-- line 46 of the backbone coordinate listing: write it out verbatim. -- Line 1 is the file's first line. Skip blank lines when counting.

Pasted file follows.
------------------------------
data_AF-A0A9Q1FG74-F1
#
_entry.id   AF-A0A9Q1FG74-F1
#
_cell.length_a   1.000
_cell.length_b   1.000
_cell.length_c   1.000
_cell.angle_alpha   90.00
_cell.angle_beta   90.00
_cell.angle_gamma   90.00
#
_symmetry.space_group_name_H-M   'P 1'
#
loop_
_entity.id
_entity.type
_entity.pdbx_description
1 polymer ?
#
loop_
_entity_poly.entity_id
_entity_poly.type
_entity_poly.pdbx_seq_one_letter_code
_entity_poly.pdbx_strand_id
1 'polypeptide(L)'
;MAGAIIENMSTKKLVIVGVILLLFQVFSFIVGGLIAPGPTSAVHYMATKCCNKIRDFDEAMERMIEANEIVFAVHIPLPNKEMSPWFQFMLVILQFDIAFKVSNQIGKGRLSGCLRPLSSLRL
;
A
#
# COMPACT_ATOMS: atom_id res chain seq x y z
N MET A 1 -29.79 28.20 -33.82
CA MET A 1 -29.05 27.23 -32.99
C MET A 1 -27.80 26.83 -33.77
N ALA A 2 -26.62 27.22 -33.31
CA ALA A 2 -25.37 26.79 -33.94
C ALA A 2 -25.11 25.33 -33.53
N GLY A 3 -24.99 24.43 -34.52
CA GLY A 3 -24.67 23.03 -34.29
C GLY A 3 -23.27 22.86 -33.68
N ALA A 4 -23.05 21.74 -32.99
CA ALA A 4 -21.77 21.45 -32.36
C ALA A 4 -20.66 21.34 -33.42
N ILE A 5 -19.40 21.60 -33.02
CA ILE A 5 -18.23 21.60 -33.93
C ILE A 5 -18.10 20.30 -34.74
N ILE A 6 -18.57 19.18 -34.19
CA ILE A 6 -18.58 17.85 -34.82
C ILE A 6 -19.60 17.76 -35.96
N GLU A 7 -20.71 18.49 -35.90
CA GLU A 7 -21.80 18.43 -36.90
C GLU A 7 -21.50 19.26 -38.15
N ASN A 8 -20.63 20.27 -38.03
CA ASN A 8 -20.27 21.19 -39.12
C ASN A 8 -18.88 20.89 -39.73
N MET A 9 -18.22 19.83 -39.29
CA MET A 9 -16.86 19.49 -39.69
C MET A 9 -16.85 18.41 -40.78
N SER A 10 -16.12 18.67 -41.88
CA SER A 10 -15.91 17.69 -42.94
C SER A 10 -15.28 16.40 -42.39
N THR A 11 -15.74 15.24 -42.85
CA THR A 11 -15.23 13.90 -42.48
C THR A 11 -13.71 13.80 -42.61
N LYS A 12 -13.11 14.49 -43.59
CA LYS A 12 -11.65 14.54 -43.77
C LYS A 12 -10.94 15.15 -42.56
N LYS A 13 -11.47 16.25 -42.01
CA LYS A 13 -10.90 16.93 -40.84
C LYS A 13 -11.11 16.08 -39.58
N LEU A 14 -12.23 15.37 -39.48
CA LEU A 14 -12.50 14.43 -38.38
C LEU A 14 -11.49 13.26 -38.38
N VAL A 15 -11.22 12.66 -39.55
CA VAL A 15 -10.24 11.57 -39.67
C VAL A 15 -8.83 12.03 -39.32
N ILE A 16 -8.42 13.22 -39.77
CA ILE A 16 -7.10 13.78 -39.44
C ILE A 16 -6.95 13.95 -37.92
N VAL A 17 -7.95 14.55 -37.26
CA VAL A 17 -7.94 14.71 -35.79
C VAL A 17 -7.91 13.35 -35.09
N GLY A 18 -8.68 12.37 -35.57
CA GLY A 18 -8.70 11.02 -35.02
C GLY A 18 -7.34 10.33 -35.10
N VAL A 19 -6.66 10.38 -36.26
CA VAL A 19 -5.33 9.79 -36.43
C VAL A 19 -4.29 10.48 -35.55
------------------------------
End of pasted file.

N ILE A 6 -18.57 19.18 -34.19